Certainly not for camouflage. (BBC):
“Zebra stripes have long confused evolutionary biologists, right back to Darwin and Wallace,” said lead author Dr Martin How.
“Previous theories for the function of these stripes include social communication signals, camouflage at dusk or dawn in grassy habitats, and the so-called ‘dazzle’ effect when being pursued by predators or blood sucking insects.”
To test this latest theory that the patterns confuse predators and pests, Dr How analysed photographs and video footage of zebras.
Computer models that tracked the appearance of the patterns revealed that they worked as optical illusions to provide “misleading information”.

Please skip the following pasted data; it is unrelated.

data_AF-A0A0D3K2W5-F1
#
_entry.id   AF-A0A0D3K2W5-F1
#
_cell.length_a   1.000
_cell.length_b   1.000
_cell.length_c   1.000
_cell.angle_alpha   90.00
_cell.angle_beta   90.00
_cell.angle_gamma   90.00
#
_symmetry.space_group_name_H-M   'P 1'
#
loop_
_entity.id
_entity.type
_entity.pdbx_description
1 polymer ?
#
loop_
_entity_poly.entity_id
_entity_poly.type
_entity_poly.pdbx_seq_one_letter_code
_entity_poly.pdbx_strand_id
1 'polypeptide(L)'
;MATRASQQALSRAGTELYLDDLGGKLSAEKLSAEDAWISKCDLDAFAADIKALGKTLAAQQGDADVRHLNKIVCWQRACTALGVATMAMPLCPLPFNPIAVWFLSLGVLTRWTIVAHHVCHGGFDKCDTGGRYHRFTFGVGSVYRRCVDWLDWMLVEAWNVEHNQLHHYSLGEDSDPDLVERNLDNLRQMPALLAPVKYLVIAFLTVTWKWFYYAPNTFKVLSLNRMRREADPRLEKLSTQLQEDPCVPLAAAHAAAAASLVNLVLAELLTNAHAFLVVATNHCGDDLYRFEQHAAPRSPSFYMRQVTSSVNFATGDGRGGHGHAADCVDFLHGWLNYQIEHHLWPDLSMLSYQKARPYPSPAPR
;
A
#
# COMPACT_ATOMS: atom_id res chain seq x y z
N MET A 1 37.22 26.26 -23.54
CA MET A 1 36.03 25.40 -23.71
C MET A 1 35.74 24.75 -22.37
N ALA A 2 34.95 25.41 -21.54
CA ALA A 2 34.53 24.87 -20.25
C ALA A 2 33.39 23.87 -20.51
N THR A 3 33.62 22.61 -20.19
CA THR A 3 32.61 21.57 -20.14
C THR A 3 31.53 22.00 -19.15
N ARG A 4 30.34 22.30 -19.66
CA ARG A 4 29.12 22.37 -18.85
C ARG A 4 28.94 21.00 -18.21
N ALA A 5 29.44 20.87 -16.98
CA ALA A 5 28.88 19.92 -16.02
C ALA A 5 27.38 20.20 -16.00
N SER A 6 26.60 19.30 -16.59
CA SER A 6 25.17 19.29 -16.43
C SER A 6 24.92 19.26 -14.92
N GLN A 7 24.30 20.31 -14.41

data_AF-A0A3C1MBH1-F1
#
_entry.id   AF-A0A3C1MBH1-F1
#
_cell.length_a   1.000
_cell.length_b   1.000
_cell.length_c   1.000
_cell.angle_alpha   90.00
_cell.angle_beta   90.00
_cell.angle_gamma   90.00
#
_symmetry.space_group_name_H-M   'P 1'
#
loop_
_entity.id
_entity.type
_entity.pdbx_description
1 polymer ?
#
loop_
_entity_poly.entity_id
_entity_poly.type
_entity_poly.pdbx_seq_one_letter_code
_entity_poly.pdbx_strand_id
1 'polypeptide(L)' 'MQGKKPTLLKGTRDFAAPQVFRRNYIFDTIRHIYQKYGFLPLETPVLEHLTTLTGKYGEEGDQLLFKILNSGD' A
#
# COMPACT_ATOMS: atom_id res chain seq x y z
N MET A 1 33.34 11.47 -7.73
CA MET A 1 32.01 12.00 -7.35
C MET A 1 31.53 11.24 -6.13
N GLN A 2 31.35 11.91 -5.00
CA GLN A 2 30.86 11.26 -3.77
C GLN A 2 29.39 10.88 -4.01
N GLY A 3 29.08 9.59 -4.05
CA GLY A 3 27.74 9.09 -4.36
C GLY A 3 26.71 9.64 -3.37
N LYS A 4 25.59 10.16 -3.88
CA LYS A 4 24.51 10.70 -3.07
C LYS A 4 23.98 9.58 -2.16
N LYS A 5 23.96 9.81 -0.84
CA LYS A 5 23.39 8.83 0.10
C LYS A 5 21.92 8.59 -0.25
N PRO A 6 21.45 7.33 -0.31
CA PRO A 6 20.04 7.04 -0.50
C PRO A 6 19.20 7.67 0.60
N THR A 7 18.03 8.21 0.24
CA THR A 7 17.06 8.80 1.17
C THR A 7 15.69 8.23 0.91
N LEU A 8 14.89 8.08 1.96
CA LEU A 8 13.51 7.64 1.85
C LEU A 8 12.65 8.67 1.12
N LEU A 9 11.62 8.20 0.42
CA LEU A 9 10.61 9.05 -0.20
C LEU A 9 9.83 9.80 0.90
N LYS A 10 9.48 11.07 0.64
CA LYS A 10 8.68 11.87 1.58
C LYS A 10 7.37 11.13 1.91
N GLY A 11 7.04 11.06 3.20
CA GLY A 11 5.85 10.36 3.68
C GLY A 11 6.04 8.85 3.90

They upset motion detection, according to these researchers.
Then just why the effect became so pronounced only in zebras (and so muted in other equines) is still puzzling. In human horse breeds, these “primitive markings” are often simply bred out or in (but in a refined way). But as the linked photos show, they are not comparatively noticeable anyway.
This vid suggests various benefits to zebras:
But if the zebra is one of the few grazers to actually find the loud stripes an advantage, there must be something specific to its own environment that makes them an advantage. Otherwise, more grazers would surely display such strategies. Optical illusions involving stripes can be powerful: